McKinsey: Europe must reduce gas demand to make up for supply shortfall – Economic Post

McKinsey: Europe must reduce gas demand to make up for supply shortfall – Economic Post

Europe has succeeded in reducing its gas consumption more than the targets set last summer. This, combined with the mild winter and the faster filling of storage, has considerably reduced the impact of the energy crisis and avoided the worst… However, it seems that this is not enough: Europe could having to reduce its demand much more this year and in the future. coming years to compensate for the lack of natural gas supply through Russian gas pipelines in order to avoid shortages and balance the natural gas market.

Natural gas: First for the new EU energy platform

According to a report by McKinsey & Company, the European energy market faces many challenges. The report recognizes that the EU was able to compensate for the reduction in flows from Russia, reducing consumption by 57 billion m3.

With further reductions in demand and new sources of natural gas supply, Europe may be able to maintain the balance over the next few years, McKinsey analysts say. They estimate that it will have to reduce its consumption from 2022 levels by an additional 55 billion cubic meters in 2023.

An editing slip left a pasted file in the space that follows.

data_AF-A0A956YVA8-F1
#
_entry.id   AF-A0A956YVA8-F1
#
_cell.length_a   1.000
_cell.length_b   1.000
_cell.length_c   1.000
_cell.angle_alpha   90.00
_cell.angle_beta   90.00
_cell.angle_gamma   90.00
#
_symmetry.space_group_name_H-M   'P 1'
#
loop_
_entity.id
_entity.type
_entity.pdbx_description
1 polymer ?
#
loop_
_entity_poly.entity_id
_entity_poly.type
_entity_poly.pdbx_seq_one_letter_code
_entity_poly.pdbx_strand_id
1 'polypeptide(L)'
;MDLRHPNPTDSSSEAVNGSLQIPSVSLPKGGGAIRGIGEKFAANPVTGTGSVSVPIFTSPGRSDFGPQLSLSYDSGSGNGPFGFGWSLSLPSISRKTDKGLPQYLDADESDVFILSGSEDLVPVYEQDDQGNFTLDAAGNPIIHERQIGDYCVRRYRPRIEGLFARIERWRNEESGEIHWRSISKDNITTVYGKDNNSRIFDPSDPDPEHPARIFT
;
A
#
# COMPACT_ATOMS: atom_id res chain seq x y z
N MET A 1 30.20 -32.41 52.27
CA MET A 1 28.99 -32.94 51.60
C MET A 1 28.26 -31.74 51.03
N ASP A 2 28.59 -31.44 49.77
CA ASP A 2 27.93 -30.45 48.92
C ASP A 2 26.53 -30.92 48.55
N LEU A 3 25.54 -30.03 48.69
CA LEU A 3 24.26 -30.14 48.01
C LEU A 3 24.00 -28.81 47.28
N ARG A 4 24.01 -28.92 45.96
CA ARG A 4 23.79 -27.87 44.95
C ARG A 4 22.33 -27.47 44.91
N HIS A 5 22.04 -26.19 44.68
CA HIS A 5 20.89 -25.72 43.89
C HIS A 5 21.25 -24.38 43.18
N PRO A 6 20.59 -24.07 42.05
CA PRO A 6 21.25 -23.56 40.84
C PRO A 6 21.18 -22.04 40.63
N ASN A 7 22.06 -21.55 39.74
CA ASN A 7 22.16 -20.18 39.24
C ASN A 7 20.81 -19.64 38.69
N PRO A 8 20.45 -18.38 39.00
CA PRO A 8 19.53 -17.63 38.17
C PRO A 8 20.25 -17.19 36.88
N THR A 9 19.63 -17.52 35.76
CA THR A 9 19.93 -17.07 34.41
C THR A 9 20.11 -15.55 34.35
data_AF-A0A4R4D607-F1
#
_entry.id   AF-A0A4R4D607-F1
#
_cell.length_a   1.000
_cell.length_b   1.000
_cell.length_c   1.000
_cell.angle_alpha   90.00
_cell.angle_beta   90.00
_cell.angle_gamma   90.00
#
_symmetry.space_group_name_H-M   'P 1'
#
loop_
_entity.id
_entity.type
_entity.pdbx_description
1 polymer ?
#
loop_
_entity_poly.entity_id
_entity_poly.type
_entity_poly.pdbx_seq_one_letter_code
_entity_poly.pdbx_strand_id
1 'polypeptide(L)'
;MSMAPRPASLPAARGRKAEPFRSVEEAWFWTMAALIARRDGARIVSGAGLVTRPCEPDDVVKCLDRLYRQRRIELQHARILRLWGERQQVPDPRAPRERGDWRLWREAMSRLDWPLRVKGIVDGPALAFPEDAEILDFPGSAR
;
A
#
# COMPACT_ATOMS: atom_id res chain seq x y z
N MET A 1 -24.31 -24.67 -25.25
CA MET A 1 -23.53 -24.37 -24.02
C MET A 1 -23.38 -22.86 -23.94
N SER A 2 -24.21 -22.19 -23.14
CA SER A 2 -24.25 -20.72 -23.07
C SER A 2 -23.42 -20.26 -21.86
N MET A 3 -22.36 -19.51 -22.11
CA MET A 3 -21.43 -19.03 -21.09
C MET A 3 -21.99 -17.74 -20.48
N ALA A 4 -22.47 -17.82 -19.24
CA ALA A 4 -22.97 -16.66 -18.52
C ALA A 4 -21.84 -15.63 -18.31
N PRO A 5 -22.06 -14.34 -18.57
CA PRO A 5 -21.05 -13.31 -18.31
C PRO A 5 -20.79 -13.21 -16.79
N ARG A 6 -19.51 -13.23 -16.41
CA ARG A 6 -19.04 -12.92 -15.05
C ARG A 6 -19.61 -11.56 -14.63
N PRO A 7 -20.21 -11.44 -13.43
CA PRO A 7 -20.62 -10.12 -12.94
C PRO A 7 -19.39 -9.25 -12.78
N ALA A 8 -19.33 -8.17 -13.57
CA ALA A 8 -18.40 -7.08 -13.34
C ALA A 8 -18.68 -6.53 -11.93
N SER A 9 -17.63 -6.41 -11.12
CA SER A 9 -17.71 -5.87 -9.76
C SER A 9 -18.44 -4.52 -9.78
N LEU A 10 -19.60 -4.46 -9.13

Factors that could lead to a drop in supply in Europe include a recovery in Asian LNG demand after an unfavorable 2022, a complete shutdown of natural gas through pipelines and a normal winter compared to a milder than normal winter. habit of 2022/2023.

“In the coming years, Europe may need to maintain and intensify its efforts to reduce demand for natural gas in order to manage the supply shock of the ongoing war in Ukraine, which may require a set of difficult but achievable actions,” the McKinsey analysts wrote.

“However, while energy supply and demand in Europe are expected to balance out, uncertainty remains as price volatility and supply disruptions put all sectors of the economy at risk – and the Europe may have to prepare for these dangers”.